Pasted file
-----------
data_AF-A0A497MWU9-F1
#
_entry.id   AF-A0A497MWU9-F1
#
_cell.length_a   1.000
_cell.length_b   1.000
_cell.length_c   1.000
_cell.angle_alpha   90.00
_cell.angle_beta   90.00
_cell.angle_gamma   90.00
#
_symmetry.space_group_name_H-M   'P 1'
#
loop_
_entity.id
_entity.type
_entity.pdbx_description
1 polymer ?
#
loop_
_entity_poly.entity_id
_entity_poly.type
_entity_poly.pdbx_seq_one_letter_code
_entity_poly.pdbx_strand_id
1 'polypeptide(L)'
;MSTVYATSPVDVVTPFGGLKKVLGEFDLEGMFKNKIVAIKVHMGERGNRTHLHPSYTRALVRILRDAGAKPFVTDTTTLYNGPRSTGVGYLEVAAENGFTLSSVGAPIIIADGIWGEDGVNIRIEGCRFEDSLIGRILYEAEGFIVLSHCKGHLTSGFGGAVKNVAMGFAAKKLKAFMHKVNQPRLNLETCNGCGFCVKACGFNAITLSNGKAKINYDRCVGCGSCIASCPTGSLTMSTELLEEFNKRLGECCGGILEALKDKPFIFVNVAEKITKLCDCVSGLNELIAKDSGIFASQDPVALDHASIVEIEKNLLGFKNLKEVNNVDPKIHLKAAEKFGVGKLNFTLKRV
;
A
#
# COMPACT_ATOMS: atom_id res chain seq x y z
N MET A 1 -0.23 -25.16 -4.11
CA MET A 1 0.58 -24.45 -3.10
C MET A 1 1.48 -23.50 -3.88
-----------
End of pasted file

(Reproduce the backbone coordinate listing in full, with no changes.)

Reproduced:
data_AF-A0A497MWU9-F1
#
_entry.id   AF-A0A497MWU9-F1
#
_cell.length_a   1.000
_cell.length_b   1.000
_cell.length_c   1.000
_cell.angle_alpha   90.00
_cell.angle_beta   90.00
_cell.angle_gamma   90.00
#
_symmetry.space_group_name_H-M   'P 1'
#
loop_
_entity.id
_entity.type
_entity.pdbx_description
1 polymer ?
#
loop_
_entity_poly.entity_id
_entity_poly.type
_entity_poly.pdbx_seq_one_letter_code
_entity_poly.pdbx_strand_id
1 'polypeptide(L)'
;MSTVYATSPVDVVTPFGGLKKVLGEFDLEGMFKNKIVAIKVHMGERGNRTHLHPSYTRALVRILRDAGAKPFVTDTTTLYNGPRSTGVGYLEVAAENGFTLSSVGAPIIIADGIWGEDGVNIRIEGCRFEDSLIGRILYEAEGFIVLSHCKGHLTSGFGGAVKNVAMGFAAKKLKAFMHKVNQPRLNLETCNGCGFCVKACGFNAITLSNGKAKINYDRCVGCGSCIASCPTGSLTMSTELLEEFNKRLGECCGGILEALKDKPFIFVNVAEKITKLCDCVSGLNELIAKDSGIFASQDPVALDHASIVEIEKNLLGFKNLKEVNNVDPKIHLKAAEKFGVGKLNFTLKRV
;
A
#
# COMPACT_ATOMS: atom_id res chain seq x y z
N MET A 1 -0.23 -25.16 -4.11
CA MET A 1 0.58 -24.45 -3.10
C MET A 1 1.48 -23.50 -3.88